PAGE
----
Contact: Earl Lane or Ginger Pinholster
Prior to 14 February: 202-326-6421
As of 14 February: 617-954-2757
Or via e-mail: email@example.com
American Association for the Advancement of Science
The American Association for the Advancement of Science (AAAS), the world’s largest general science society, recently joined Science Debate 2008 (www.sciencedebate2008.com), a coalition of some 12,000 leading individual scientists, business leaders, and others who are urging major presidential candidates to debate science, technology, and the economy in a national forum.
AAAS CEO Alan I. Leshner, executive publisher of the journal Science, and other leaders of the Science Debate 2008 effort are available for interviews before, during, and after the 2008 AAAS Annual Meeting, 14-18 February, in Boston, Mass. Reporters on-site at the conference or elsewhere are invited to contact the sources below, or stop by the AAAS newsroom in room 102 of the Hynes Convention Center
The following Science Debate 2008 sources are available for interviews:
--Alan Leshner, Chief Executive Officer, AAAS, and Executive Publisher, Science
Contact: Ginger Pinholster, 202-326-6421 (office), 202-320-1859 (cell), or firstname.lastname@example.org.
--Lawrence M. Krauss, Ambrose Swasey Professor of Physics and Astronomy, and Director of the Center for Education and Research in Cosmology and Astrophysics, Case Western Reserve University
Contact: 216-368-4070, or email@example.com.
--Sheril Kirshenbaum, Marine Biologist, Nicholas Institute for Environmental Policy Solutions, Duke University; Co-host, The Intersection on ScienceBlogs with Chris Mooney; Writer, Wired Science
Contact: 919-613-8733, or firstname.lastname@example.org.
--Matthew Chapman, Screenwriter
Contact: 212-534-8683, or email@example.com.
--Shawn Lawrence Otto, Screenwriter
Leshner said: “Science and engineering have driven half the nation's growth in gross domestic product over the last half-century, and lie at the center of many of the major policy and economic challenges the next president will face. We feel that a presidential debate on science would be helpful to America's national political dialogue.”
Leshner has joined the Science Debate 2008 group’s steering committee.
The effort is being co-chaired by U.S. Reps. Vern Ehlers (R-Mich.) and Rush Holt (D-N.J.), and is also being supported by U.S. Rep. Bart Gordon (D-Tenn.), chair of the House Science & Technology Committee. It includes several former presidential science advisers from both major political parties. “We have to recognize there are roughly 7 billion people in the world, half of whom make less than $2 a day. We cannot and would not want to compete with that,” said Gordon. “We have to compete at a higher level with a better equipped and skilled workforce than that of our global counterparts -- and we do that by focusing on science, education and innovation.”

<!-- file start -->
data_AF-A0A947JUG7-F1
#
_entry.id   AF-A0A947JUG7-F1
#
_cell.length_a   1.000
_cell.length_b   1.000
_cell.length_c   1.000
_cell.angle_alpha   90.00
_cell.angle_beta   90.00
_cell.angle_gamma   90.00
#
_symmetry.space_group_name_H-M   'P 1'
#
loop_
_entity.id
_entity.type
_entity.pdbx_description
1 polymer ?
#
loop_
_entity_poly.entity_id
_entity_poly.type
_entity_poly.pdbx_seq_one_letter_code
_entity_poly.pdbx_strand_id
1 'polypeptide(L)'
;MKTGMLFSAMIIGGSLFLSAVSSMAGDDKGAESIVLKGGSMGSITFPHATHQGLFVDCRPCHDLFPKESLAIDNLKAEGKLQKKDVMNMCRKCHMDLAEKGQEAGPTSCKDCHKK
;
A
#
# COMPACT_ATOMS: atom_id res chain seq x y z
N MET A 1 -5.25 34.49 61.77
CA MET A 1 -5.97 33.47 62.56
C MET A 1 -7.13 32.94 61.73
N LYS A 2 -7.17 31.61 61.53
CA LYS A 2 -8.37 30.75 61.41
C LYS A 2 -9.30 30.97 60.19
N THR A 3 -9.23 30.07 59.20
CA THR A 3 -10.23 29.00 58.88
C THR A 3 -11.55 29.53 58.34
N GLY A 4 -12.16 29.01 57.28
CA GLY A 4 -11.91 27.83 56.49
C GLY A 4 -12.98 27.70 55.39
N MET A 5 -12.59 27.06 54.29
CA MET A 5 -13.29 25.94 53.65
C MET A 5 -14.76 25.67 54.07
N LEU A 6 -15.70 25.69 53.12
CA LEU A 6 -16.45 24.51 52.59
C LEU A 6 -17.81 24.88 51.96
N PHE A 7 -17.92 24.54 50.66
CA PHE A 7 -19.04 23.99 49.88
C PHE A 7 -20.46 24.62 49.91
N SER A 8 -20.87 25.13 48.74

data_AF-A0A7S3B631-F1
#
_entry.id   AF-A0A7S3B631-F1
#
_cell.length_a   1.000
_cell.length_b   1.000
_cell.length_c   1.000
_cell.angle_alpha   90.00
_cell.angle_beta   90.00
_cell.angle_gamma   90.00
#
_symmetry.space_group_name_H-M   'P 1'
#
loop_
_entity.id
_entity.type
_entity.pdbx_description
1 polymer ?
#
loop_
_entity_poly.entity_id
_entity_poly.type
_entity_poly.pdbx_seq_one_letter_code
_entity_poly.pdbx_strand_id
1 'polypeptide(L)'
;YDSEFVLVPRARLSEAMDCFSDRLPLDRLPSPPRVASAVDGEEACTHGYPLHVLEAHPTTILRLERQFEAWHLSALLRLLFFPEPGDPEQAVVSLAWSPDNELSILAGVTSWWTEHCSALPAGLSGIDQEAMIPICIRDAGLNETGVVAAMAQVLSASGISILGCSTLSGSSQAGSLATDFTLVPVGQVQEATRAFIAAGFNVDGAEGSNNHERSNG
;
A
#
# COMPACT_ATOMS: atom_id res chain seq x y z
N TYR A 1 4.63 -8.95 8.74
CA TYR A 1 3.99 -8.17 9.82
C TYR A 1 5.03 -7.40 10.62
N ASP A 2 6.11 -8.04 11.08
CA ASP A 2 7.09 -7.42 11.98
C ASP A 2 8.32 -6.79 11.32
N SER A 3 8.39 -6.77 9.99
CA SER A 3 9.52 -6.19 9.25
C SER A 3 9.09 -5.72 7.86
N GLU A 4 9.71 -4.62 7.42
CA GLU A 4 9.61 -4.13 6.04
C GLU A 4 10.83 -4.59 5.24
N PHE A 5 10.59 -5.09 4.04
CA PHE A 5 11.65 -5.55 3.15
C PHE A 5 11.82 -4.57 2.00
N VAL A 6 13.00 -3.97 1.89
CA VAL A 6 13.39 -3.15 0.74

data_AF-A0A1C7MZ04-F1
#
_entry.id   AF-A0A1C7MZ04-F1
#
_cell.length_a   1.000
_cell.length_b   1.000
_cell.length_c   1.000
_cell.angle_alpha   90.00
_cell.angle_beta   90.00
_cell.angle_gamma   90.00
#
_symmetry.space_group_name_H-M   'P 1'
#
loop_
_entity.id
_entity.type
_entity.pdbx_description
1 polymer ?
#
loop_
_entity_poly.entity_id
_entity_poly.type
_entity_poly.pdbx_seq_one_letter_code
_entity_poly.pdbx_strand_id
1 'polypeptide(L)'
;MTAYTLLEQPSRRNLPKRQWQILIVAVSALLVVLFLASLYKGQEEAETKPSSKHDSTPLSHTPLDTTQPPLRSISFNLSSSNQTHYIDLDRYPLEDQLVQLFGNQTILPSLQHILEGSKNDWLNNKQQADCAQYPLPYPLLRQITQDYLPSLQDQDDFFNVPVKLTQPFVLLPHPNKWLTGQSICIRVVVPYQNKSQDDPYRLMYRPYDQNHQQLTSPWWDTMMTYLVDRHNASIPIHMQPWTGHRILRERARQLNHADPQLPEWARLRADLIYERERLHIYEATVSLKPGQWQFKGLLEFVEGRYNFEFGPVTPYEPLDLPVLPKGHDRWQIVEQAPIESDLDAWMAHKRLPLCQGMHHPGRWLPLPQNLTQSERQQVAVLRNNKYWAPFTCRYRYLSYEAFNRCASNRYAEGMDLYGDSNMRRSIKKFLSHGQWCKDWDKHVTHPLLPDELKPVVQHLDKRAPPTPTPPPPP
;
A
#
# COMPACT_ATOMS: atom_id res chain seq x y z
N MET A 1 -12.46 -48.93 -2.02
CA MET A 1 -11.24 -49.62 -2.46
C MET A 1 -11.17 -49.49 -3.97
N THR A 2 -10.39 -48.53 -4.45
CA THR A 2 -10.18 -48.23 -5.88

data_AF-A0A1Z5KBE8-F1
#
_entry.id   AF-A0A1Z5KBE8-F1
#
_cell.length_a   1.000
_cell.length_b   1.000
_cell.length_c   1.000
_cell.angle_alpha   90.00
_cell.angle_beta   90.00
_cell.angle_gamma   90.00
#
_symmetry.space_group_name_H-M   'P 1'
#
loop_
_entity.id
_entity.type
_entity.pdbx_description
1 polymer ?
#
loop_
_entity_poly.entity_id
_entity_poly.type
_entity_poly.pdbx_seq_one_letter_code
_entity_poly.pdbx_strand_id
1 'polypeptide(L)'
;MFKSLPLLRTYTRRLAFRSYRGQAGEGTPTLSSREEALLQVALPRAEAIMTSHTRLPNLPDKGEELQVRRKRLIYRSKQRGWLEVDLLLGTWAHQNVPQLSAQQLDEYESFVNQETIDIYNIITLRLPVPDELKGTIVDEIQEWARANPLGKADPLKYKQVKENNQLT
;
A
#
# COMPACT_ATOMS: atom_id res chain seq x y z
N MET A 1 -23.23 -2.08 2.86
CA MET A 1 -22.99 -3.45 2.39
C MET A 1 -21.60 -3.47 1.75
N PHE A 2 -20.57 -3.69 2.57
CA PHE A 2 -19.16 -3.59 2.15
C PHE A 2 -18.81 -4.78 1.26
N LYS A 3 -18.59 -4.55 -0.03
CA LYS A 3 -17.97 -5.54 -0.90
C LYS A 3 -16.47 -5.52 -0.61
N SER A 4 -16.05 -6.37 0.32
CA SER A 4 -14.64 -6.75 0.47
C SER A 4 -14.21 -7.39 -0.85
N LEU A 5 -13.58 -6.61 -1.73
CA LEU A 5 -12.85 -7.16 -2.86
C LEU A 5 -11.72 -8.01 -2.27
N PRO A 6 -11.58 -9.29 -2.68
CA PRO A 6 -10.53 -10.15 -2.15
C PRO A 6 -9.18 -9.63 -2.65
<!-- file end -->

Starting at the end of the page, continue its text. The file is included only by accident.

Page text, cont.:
The endorsers of the ScienceDebate2008.com initiative include economists; several Nobel laureates and other leading scientists and engineers; executives from Apple Computer, Google, Merck, Hyatt, and other leading companies; two dozen presidents of major American colleges and research universities; and the editors of major science publications and journals.
Among those supporters are AAAS President David Baltimore, a 1975 Nobel laureate and past president of Caltech who now is the Robert A. Millikan Professor of Biology at the school; and AAAS President-elect Peter Agre, a 2003 Nobel laureate and vice chancellor for science and technology at Duke University Medical Center.
There have been several recent reports warning of potential erosion of the American economy and recommending changes in science and technology policies, said Shawn Lawrence Otto, one of the group's organizers. “A recent Business Roundtable report shows that if current trends continue, in another two years over 90 percent of all scientists and engineers will live in Asia,” Otto said. The group’s web site also points to similar findings from a 2005 National Academies of Science report on science and the economy and a National Science Board report released just last week.
“It’s a new, global knowledge economy. Dealing with that is going to be a pretty major policy question for the next president -- one that affects the pocketbook of every American. When you add global warming, the healthcare crisis, biotechnology, and transportation, it starts looking like many of the major issues the next president will face are not being seriously debated,” said Otto. “That’s why a leading organization like the AAAS, the world’s largest general scientific society, is signing onto our citizen initiative.”
Otto said the group has set a date for mid-April and will be formally inviting the candidates in the coming several weeks.
Launched in December 2007, Science Debate 2008 is a citizen initiative led by a group comprised mostly by non-scientists. Through word of mouth and news coverage, the group has rapidly grown to include over 10,000 scientists, engineers, and concerned citizens.Founded in 1848, AAAS serves some 262 affiliated societies and academies of science, serving 10 million individuals. The AAAS journal Science has the largest paid circulation of any peer-reviewed general science journal in the world, with an estimated total readership of 1 million.